Photos of the week: 116th Congress sworn in as shutdown continues
The week of Dec. 31 as captured by Roll Call’s photojournalists

Rep. Terri Sewell, D-Ala., is seen in the Capitol's House chamber before members were sworn in on the first day of the 116th Congress on Jan. 3. (Tom Williams/CQ Roll Call)

The holiday season ended, the partial government shutdown continued and new members were sworn into the 116th Congress this week.

Here's the entire week of Dec. 31 in photos:

Moments from opening day of the 116th Congress
Pelosi gets speaker’s gavel, kids dab and floss, and Delgado frames the words they threw at him

Incoming Rep. Alexandria Ocasio-Cortez takes a selfie with, from second left, Reps. Barbara Lee, Anne McLane Kuster and Jan Schakowsky. (Tom Williams/CQ Roll Call)

The 116th Congress opened today with new members being sworn in and Democratic Rep. Nancy Pelosi of California reclaiming the speaker’s gavel eight years after she lost it when Republicans took control of the House.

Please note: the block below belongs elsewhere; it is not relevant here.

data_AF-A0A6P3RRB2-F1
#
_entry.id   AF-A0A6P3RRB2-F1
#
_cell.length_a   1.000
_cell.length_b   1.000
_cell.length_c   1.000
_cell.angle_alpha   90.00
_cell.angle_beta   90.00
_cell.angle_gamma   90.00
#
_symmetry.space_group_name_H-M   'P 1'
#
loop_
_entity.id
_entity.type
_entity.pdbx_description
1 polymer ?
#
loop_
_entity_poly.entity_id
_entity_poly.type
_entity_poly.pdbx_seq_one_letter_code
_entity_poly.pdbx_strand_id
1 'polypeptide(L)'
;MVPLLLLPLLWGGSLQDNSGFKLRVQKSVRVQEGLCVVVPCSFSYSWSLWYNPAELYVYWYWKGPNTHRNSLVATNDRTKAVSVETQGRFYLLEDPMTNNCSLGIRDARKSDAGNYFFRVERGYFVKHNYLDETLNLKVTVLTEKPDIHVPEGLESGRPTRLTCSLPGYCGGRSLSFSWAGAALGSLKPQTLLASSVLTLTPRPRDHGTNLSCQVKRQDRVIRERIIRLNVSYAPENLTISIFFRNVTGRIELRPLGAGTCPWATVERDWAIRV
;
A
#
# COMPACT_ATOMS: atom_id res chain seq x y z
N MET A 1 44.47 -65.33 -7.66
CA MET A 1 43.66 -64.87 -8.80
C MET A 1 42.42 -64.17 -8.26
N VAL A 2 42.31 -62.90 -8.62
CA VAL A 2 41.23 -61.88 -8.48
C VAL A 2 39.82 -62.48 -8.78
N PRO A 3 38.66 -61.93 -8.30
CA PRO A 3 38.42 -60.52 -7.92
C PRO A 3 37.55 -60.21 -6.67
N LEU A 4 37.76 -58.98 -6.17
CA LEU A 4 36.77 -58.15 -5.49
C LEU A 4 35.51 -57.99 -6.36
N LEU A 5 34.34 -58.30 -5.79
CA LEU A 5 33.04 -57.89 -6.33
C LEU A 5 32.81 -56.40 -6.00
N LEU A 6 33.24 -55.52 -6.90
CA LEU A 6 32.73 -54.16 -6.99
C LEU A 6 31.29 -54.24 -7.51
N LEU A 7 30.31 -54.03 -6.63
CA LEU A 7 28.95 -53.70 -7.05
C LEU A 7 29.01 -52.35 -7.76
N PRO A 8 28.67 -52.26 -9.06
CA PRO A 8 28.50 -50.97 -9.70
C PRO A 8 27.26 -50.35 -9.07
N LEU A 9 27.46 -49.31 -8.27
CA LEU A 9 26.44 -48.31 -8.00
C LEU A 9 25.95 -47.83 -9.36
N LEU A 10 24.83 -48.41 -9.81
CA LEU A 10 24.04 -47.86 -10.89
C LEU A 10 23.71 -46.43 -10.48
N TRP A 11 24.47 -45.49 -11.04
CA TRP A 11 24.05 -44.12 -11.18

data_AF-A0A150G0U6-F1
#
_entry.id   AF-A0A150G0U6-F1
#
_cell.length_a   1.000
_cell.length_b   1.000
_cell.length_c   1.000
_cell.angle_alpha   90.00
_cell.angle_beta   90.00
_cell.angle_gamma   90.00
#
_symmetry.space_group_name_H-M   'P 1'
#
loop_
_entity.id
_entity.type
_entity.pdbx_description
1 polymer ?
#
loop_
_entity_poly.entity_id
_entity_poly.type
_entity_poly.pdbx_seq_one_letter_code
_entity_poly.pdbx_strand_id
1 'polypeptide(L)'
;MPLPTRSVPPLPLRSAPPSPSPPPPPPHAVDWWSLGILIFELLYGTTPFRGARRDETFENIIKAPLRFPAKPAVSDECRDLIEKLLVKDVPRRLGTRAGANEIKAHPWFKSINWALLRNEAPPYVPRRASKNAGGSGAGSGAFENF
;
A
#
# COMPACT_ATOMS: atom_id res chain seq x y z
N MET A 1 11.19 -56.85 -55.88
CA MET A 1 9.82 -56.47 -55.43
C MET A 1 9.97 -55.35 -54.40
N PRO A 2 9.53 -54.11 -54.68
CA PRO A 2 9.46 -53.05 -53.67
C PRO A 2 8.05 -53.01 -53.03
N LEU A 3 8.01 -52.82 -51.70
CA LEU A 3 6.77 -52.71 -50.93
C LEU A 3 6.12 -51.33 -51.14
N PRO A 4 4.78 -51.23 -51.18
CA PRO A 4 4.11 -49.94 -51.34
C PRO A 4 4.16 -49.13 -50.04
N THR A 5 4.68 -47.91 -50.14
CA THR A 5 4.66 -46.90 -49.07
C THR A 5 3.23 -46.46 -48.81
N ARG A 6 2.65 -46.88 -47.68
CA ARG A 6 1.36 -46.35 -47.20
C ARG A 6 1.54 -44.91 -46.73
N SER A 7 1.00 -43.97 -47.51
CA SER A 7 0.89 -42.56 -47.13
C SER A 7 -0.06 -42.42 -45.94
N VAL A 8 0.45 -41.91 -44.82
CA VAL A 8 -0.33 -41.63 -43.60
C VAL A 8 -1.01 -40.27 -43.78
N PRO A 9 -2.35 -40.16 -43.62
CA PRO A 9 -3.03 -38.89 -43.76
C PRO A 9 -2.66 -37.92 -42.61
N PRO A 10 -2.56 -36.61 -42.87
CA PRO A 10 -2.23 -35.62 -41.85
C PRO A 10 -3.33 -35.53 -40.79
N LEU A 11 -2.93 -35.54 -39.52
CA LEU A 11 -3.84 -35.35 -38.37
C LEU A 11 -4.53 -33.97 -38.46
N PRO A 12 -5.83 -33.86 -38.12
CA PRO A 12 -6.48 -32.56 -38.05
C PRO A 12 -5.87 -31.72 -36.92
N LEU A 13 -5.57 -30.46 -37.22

Despite friction from the standoff over funding President Donald Trump’s border wall that led to a partial government shutdown, now in its 13th day, new members crossed the aisle to be greeted by old ones and celebrate with other freshmen.

Frederica Wilson Takes Shot at John Kelly on His Way out the Door: ‘Good Riddance’
Trump’s outgoing chief of staff never apologized for referring to congresswoman as an ‘empty barrel’

Florida Democratic Rep. Frederica Wilson tweeted her assessment of Gen. John Kelly’s duration as White House chief of staff: #MissionUnaccomplished. (CQ Roll Call file photo)

Rep. Frederica Wilson has three words for John Kelly on his last day in the White House: “Good riddance. Goodbye.”